1. Cell Biology
  2. Developmental Biology
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BRAF activates PAX3 to control muscle precursor cell migration during forelimb muscle development

  1. Jaeyoung Shin
  2. Shuichi Watanabe
  3. Soraya Hoelper
  4. Marcus Krüger
  5. Sawa Kostin
  6. Jochen Pöling
  7. Thomas Kubin  Is a corresponding author
  8. Thomas Braun  Is a corresponding author
  1. Max-Planck-Institute for Heart and Lung Research, Germany
Research Article
  • Cited 10
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Cite this article as: eLife 2016;5:e18351 doi: 10.7554/eLife.18351

Abstract

Migration of skeletal muscle precursor cells is a key step during limb muscle development and depends on the activity of PAX3 and MET. Here, we demonstrate that BRAF serves a crucial function in formation of limb skeletal muscles during mouse embryogenesis downstream of MET and acts as a potent inducer of myoblast cell migration. We found that a fraction of BRAF accumulates in the nucleus after activation and endosomal transport to a perinuclear position. Mass spectrometry based screening for potential interaction partners revealed that BRAF interacts and phosphorylates PAX3. Mutation of BRAF dependent phosphorylation sites in PAX3 impaired the ability of PAX3 to promote migration of C2C12 myoblasts indicating that BRAF directly activates PAX3. Since PAX3 stimulates transcription of the Met gene we propose that MET signaling via BRAF fuels a positive feedback loop, which maintains high levels of PAX3 and MET activity required for limb muscle precursor cell migration.

Article and author information

Author details

  1. Jaeyoung Shin

    Max-Planck-Institute for Heart and Lung Research, Bad Nauheim, Germany
    Competing interests
    The authors declare that no competing interests exist.
  2. Shuichi Watanabe

    Max-Planck-Institute for Heart and Lung Research, Bad Nauheim, Germany
    Competing interests
    The authors declare that no competing interests exist.
  3. Soraya Hoelper

    Max-Planck-Institute for Heart and Lung Research, Bad Nauheim, Germany
    Competing interests
    The authors declare that no competing interests exist.
  4. Marcus Krüger

    Max-Planck-Institute for Heart and Lung Research, Bad Nauheim, Germany
    Competing interests
    The authors declare that no competing interests exist.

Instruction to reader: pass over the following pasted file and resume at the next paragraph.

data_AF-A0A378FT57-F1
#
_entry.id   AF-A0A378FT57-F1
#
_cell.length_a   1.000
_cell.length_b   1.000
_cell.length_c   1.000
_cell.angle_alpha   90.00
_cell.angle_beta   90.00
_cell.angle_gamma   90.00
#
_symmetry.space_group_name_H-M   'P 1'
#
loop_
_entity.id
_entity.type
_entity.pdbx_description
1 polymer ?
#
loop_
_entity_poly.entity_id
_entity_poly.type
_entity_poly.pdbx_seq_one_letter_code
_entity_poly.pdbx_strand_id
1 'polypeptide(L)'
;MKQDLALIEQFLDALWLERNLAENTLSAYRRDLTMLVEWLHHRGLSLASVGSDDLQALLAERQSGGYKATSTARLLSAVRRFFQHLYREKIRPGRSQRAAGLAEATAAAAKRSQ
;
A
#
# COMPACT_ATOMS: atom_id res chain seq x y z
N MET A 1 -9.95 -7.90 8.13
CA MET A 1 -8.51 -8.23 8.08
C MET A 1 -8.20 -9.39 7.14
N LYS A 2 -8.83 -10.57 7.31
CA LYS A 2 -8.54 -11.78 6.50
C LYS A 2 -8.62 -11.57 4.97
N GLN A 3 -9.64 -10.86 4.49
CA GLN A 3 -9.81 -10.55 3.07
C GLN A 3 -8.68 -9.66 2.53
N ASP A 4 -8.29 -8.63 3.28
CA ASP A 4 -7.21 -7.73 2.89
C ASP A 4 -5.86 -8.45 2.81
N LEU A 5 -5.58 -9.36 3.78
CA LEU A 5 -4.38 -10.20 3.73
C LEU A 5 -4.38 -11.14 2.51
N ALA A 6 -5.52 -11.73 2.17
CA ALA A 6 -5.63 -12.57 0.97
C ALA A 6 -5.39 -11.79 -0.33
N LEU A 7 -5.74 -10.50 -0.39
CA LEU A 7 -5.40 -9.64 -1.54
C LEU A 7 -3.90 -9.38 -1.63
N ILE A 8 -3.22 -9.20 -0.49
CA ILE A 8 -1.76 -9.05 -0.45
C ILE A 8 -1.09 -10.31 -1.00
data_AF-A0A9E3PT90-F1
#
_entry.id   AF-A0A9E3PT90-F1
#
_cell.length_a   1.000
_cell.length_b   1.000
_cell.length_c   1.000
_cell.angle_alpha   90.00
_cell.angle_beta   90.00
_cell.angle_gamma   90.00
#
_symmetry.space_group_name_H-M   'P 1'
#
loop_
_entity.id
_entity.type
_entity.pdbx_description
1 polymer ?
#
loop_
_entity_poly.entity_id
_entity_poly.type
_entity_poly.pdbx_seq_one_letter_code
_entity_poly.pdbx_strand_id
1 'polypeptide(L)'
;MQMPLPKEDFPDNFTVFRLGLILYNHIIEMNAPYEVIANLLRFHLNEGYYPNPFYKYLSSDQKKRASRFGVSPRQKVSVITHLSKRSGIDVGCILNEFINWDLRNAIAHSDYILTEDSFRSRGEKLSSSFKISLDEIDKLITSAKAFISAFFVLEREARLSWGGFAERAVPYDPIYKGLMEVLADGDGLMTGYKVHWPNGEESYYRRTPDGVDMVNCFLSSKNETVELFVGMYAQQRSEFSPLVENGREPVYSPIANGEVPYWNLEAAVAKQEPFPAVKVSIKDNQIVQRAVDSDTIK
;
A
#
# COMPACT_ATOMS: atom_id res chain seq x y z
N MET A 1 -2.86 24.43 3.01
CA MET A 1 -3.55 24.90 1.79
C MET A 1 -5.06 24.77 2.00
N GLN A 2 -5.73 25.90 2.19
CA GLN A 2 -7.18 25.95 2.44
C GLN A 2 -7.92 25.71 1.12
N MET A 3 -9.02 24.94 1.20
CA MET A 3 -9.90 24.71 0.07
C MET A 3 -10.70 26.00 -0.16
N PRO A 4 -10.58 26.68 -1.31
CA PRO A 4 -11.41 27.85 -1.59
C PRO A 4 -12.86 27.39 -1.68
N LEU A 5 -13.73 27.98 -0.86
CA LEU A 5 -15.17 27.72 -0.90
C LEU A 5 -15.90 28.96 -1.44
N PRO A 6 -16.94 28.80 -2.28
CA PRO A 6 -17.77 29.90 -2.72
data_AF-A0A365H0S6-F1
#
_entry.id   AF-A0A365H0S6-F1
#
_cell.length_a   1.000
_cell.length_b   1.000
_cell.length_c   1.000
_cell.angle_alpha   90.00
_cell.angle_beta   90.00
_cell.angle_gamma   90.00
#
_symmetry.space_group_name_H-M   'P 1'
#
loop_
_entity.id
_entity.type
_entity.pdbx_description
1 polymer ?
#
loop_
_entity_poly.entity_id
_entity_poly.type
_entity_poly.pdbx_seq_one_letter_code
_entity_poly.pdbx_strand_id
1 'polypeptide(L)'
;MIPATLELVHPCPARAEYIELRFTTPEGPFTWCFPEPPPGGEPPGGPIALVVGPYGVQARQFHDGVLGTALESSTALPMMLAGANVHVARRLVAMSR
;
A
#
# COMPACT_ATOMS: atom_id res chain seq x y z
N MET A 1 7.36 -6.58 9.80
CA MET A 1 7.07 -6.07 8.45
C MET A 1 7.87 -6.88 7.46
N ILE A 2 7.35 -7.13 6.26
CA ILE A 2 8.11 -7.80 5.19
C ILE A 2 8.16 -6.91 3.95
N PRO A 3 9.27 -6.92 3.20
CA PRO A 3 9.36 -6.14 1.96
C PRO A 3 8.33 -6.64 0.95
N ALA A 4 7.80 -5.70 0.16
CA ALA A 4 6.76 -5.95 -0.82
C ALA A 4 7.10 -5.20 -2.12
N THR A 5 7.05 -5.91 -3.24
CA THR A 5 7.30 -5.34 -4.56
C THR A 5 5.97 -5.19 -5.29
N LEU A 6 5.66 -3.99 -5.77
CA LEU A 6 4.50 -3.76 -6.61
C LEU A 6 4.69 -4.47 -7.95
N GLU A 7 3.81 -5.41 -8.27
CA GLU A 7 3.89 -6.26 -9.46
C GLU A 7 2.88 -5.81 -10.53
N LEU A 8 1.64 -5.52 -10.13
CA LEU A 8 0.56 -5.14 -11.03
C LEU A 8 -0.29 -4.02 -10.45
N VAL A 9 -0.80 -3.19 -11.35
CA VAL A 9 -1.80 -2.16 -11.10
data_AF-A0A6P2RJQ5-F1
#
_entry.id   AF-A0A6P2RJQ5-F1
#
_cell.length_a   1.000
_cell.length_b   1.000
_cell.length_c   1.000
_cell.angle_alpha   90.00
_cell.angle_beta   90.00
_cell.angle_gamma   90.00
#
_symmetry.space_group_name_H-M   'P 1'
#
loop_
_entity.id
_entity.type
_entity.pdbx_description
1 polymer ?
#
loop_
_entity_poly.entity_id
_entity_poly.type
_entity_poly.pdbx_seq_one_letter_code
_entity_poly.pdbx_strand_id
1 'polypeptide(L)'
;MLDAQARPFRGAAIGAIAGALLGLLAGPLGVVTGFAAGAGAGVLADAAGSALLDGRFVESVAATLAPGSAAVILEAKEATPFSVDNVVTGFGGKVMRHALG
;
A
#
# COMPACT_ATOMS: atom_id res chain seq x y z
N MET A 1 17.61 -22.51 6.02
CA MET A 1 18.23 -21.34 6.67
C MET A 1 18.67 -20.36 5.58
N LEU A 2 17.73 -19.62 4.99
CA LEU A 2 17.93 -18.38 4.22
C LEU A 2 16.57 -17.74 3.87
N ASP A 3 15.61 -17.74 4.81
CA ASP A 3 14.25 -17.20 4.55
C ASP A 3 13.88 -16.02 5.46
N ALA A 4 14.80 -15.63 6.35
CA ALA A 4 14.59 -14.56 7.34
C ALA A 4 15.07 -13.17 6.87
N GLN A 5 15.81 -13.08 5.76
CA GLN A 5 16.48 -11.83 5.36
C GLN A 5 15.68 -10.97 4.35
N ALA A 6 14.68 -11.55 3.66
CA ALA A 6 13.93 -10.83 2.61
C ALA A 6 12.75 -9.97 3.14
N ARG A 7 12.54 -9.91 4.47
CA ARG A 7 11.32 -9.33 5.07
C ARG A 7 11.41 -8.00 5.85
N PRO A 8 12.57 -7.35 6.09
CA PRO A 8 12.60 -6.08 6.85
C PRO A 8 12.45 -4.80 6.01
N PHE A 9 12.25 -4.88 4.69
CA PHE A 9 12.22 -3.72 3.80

5. Sawa Kostin

    Max-Planck-Institute for Heart and Lung Research, Bad Nauheim, Germany
    Competing interests
    The authors declare that no competing interests exist.
    ORCID icon "This ORCID iD identifies the author of this article:" 0000-0002-1594-9476
  6. Jochen Pöling

    Max-Planck-Institute for Heart and Lung Research, Bad Nauheim, Germany
    Competing interests
    The authors declare that no competing interests exist.
  7. Thomas Kubin

    Max-Planck-Institute for Heart and Lung Research, Bad Nauheim, Germany
    For correspondence
    thomas.kubin@mpi-bn.mpg.de
    Competing interests
    The authors declare that no competing interests exist.
  8. Thomas Braun

    Max-Planck-Institute for Heart and Lung Research, Bad Nauheim, Germany
    For correspondence
    thomas.braun@mpi-bn.mpg.de
    Competing interests
    The authors declare that no competing interests exist.
    ORCID icon "This ORCID iD identifies the author of this article:" 0000-0002-6165-4804

Funding

Deutsche Forschungsgemeinschaft (SFB TRR81 TP02)

  • Thomas Braun

LOEWE Center for Cell and Gene Therapy

  • Thomas Braun

German Center for Cardiovascular Research

  • Thomas Braun

The funders had no role in study design, data collection and interpretation, or the decision to submit the work for publication.

Ethics

Animal experimentation: All procedures involving animals and their care were carried out in accordance with the guidelines for animal experiments at the Max-Planck-Institute for Heart and Lung Research, which conform to the Guide for the Care and Use of Laboratory Animals (NIH Publication No. 85-23, revised 1996) and the European Parliament Directive 2010/63/EU and the 22 September 2010 Council on the protection of animals. Animal experimentation was approved by the local Ethics committee for animal experiments at the Regierungspräsidium Darmstadt (Registration # B2/1015 „Herstellung transgener Mauslinien; Inaktivierung und Überexpression von Genen"). The animal house at the MPI-HLR is registered according to {section sign}11 German Animal Welfare Law.

Reviewing Editor

  1. Margaret Buckingham, Institut Pasteur, France

Publication history

  1. Received: May 31, 2016
  2. Accepted: November 30, 2016
  3. Accepted Manuscript published: December 1, 2016 (version 1)
  4. Version of Record published: December 8, 2016 (version 2)

Copyright

© 2016, Shin et al.

This article is distributed under the terms of the Creative Commons Attribution License permitting unrestricted use and redistribution provided that the original author and source are credited.

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